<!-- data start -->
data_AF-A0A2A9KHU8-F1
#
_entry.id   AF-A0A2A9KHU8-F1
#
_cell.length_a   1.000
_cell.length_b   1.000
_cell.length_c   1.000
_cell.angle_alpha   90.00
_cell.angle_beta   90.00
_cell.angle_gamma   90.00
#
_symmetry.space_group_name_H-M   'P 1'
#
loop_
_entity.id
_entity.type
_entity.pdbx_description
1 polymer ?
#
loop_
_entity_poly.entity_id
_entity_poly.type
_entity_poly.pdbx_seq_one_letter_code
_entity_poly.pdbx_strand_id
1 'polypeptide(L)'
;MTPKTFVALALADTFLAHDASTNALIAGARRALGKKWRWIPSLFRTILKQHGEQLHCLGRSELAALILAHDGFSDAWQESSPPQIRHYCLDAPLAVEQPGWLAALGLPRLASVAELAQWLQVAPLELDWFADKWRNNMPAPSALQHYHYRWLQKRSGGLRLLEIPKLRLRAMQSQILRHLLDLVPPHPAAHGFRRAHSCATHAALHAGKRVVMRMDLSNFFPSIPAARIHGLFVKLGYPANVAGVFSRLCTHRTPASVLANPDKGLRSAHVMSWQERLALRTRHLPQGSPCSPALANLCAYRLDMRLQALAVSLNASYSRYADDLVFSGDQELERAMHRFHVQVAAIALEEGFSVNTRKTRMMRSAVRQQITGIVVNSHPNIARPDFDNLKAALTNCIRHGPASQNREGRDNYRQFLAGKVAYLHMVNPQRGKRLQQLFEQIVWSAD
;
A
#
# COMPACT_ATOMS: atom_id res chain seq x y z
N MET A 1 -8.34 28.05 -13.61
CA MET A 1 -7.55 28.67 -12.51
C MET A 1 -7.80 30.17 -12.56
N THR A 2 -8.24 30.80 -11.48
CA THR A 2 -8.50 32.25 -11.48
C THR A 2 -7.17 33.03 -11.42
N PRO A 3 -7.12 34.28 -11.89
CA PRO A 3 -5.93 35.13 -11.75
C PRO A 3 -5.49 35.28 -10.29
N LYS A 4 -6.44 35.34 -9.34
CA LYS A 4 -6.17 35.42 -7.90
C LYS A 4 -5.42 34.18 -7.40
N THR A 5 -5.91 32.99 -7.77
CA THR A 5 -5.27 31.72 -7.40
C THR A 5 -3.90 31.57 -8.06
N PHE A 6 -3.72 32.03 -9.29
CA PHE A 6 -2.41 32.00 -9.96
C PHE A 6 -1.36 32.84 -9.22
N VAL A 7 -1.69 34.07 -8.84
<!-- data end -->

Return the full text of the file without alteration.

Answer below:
data_AF-A0A2A9KHU8-F1
#
_entry.id   AF-A0A2A9KHU8-F1
#
_cell.length_a   1.000
_cell.length_b   1.000
_cell.length_c   1.000
_cell.angle_alpha   90.00
_cell.angle_beta   90.00
_cell.angle_gamma   90.00
#
_symmetry.space_group_name_H-M   'P 1'
#
loop_
_entity.id
_entity.type
_entity.pdbx_description
1 polymer ?
#
loop_
_entity_poly.entity_id
_entity_poly.type
_entity_poly.pdbx_seq_one_letter_code
_entity_poly.pdbx_strand_id
1 'polypeptide(L)'
;MTPKTFVALALADTFLAHDASTNALIAGARRALGKKWRWIPSLFRTILKQHGEQLHCLGRSELAALILAHDGFSDAWQESSPPQIRHYCLDAPLAVEQPGWLAALGLPRLASVAELAQWLQVAPLELDWFADKWRNNMPAPSALQHYHYRWLQKRSGGLRLLEIPKLRLRAMQSQILRHLLDLVPPHPAAHGFRRAHSCATHAALHAGKRVVMRMDLSNFFPSIPAARIHGLFVKLGYPANVAGVFSRLCTHRTPASVLANPDKGLRSAHVMSWQERLALRTRHLPQGSPCSPALANLCAYRLDMRLQALAVSLNASYSRYADDLVFSGDQELERAMHRFHVQVAAIALEEGFSVNTRKTRMMRSAVRQQITGIVVNSHPNIARPDFDNLKAALTNCIRHGPASQNREGRDNYRQFLAGKVAYLHMVNPQRGKRLQQLFEQIVWSAD
;
A
#
# COMPACT_ATOMS: atom_id res chain seq x y z
N MET A 1 -8.34 28.05 -13.61
CA MET A 1 -7.55 28.67 -12.51
C MET A 1 -7.80 30.17 -12.56
N THR A 2 -8.24 30.80 -11.48
CA THR A 2 -8.50 32.25 -11.48
C THR A 2 -7.17 33.03 -11.42
N PRO A 3 -7.12 34.28 -11.89
CA PRO A 3 -5.93 35.13 -11.75
C PRO A 3 -5.49 35.28 -10.29
N LYS A 4 -6.44 35.34 -9.34
CA LYS A 4 -6.17 35.42 -7.90
C LYS A 4 -5.42 34.18 -7.40
N THR A 5 -5.91 32.99 -7.77
CA THR A 5 -5.27 31.72 -7.40
C THR A 5 -3.90 31.57 -8.06
N PHE A 6 -3.72 32.03 -9.29
CA PHE A 6 -2.41 32.00 -9.96
C PHE A 6 -1.36 32.84 -9.22
N VAL A 7 -1.69 34.07 -8.84